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Simple Recipes for College Freshmen

written by: Amy L. Gouger•edited by: Wendy Finn•updated: 5/12/2011

College freshmen, or even seniors, have more to worry about then what to make for dinner. Passed down to me by my grandmother, these recipes are simple, easy, and family favorites.

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    College Eating

    College is often the first extended period of time when young adults face the world with no adult standing over them. For many college freshmen, it’s overwhelming. Where are my classes? Should I go to that party or study? Some freshmen go to college with just a home economics class as their only cooking experience. Others need help figuring out just what to cook and how to do it in the limited confines of dorm or apartment living. These recipes have been passed down in my family for generations. Although the recipes have been adapted for college living, the recipes are time tested and family approved.

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    Most kitchens available to college freshman contain limited space and minimum appliances. College freshman should bring with them or have access to a small refrigerator, microware, a single electric burner, mixing bowl, slotted spoon, pot, pan, mixing spoon, and spatula. If the college allows, bring a Crockpot and toaster oven. Crockpots make no-fuss meals in a single pot with minimal assistance from the cook. The toaster oven is essentially a miniature oven. It toasts bagels, cooks fish, and bakes pizza.

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    College Style Poached Eggs on Toast


    • Egg(s)
    • ¼ tsp vinegar
    • Water
    • Butter
    • 1 slice of bread per egg


    Crack open an egg or two into a bowl of water. Add a ¼ tsp of vinegar. Vinegar helps keep the eggs together. Put into the microwave for 30 seconds. Add time in 30 second intervals until the yolk becomes covered with a thin layer of white. Keep a close eye on the egg because it overcooks quickly. Put the bread into a toaster or toaster oven until golden brown. Dress with butter. User slotted spoon to remove egg from water. Place on toast.

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    Egg Sandwiches


    • 1 English muffin
    • 1 egg
    • 1 slice of cheese
    • 1 slice of ham


    Poach, scramble, or fry an egg. Place cheese and meat on half the English muffin and microwave for fifteen seconds until cheese melts. Add egg and top with other half of the English muffin.

    Cooking Variations:

    Poach, scramble, or fry an egg. Butter the English muffin and cook it in a skillet on an electric burner until golden brown. Add cheese to one half and put the meat in the skillet to heat. Arrange the egg on the muffin and top with other English muffin.

    Healthy Options:

    Use a whole wheat English muffin, low calorie cheese, two egg whites, spray butter, and turkey.

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    English Muffin Pizza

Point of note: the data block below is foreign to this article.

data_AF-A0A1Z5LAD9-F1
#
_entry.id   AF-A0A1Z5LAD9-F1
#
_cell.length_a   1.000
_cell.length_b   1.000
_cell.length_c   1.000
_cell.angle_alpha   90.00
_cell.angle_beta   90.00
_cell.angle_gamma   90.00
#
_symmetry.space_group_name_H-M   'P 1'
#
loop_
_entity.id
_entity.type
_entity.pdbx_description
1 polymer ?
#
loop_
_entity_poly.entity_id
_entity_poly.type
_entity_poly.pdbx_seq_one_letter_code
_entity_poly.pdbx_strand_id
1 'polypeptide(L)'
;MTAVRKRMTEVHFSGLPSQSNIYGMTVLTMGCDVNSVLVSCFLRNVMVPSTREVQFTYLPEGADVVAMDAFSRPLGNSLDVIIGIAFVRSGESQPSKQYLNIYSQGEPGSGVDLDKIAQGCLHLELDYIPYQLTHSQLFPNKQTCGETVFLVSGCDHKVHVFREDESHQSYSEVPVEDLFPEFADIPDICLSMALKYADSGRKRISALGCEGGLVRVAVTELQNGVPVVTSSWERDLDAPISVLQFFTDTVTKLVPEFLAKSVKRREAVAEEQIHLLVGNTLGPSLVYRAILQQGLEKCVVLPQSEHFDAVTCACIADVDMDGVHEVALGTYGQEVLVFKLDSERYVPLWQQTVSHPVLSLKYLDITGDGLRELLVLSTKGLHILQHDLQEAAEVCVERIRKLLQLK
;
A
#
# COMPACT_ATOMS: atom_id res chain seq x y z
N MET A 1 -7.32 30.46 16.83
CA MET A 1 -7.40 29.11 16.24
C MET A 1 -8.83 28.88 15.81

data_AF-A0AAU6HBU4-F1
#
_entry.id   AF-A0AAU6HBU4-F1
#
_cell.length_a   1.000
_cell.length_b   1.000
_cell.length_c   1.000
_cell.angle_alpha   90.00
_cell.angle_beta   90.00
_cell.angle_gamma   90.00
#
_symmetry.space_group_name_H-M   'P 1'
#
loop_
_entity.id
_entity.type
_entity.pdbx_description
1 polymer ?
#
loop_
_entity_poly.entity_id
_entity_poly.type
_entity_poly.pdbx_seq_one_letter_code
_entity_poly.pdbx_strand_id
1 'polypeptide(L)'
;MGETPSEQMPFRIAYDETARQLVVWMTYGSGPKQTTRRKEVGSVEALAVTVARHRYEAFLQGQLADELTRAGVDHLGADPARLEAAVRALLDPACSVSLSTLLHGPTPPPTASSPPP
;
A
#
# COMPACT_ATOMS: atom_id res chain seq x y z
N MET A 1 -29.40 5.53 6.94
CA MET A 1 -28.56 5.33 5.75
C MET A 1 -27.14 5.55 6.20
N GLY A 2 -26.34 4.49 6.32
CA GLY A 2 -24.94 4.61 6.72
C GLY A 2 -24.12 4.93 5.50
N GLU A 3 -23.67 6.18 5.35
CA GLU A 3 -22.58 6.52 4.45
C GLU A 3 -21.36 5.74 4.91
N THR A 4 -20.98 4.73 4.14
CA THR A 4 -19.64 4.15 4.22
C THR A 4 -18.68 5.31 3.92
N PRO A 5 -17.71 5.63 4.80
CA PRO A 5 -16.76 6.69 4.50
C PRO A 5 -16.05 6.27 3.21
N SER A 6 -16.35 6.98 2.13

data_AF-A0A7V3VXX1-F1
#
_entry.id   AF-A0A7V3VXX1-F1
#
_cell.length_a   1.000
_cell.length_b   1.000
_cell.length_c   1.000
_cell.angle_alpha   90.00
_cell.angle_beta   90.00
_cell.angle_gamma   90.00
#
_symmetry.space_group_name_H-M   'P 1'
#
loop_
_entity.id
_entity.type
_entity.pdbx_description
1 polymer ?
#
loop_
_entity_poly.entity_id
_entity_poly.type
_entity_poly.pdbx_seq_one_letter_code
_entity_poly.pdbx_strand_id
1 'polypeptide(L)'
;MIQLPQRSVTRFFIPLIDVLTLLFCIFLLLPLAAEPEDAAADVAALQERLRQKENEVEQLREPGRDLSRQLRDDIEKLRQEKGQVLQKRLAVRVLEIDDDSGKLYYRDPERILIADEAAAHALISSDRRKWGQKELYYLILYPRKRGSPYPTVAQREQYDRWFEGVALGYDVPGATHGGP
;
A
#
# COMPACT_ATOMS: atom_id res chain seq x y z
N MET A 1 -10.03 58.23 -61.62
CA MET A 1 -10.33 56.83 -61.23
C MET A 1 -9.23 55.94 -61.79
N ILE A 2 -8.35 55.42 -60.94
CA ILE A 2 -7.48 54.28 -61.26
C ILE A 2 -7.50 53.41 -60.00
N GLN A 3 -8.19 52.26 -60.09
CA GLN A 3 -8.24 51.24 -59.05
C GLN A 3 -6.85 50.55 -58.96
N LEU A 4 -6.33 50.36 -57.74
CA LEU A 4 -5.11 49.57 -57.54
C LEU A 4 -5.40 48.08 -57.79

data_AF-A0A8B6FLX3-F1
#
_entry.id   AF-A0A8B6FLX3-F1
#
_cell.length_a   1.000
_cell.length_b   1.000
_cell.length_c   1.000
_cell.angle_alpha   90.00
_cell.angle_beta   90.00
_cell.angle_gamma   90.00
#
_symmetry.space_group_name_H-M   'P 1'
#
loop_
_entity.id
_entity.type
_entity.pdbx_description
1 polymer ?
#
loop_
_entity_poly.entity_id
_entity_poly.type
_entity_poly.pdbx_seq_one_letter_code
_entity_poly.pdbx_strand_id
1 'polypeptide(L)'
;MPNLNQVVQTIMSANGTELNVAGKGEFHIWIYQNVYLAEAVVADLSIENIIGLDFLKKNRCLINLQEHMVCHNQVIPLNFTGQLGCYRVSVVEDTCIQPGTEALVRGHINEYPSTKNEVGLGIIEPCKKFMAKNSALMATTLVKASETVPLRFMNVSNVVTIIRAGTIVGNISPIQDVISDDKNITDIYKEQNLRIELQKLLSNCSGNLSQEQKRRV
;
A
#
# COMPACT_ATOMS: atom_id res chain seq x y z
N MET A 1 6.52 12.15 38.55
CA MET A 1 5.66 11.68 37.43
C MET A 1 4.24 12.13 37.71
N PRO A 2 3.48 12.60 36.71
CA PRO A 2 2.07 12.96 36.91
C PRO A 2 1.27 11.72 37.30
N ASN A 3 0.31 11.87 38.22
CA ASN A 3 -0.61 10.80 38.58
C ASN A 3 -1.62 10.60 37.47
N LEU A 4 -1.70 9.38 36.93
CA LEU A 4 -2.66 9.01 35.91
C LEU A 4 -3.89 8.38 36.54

• 1 English muffin
    • 2-4 Tbs, of tomato sauce
    • 2 slices of American cheese


    Cut the English muffin in half. Top with sauce and then cheese. Microwave for thirty seconds until the cheese melts.


    Use a French baguette or roll. Add toppings like pepperoni. Change the cheese to mozzarella.

    Make It Healthier:

    Use a whole wheat English muffin and low fat/low calorie cheese.

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    Simple Salad


    • 2-3 cups of bagged iceberg lettuce mix
    • ½ cup of thawed peas
    • 1 sliced hard boiled egg
    • Handful of store brought croutons
    • ¼ cup of store-bought dressing or vinegar and oil (1 to 3 parts ratio)


    Put lettuce into the bowl. Top with peas, egg, croutons, and dressing. Serve. Makes one serving.


    For variety, change out the dressing, pick another flavor of croutons, and switch lettuce variety.

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    Grandma's Pot Roast


    • 1/4 London broil or bottom round roast per person
    • 1 potato per person
    • ¾ cup of frozen carrots per person
    • ¼ packet of onion soup mix per serving
    • 1 tsp of vinegar


    Put meat in a Crockpot or oven safe pan. Dice and peel potatoes. Add potatoes, carrots, and vinegar. Fill vessel with water to cover the ingredients. Mix in the onion soup mix. Plug in, and set Crockpot according to the manufacturers instructions. Generally, Crockpots contain one to three settings such as low, medium, and high. On high, the meal cooks for about four hours. If using the oven, set it to 350 degrees for two and a half hours. The potatoes and carrots should be soft and the meat brown.

    While fresh potatoes and frozen carrots work best, canned potatoes and carrots can also be used. Just wait to add them, a half hour before the meat is cooked.

    Tips: If you make this meal for two or more people, cook the entire roast. Leftovers taste just as delicious.


    If you make the meal for one or two people, slice a section of the meat for steak and dice the remaining for stir-fry. Both meals use a skillet over a single electric burner. Add a little leftover juice from the pot roast. For the steak, add mustard and ketchup to the pan and simmer until done. Add any veggies you like to the stir-fry. Cook instant rice in the microwave. Top rice with stir-fry.

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    Cooking as a college freshman need not be difficult. These tried and true recipes for college freshman are simple but delicious.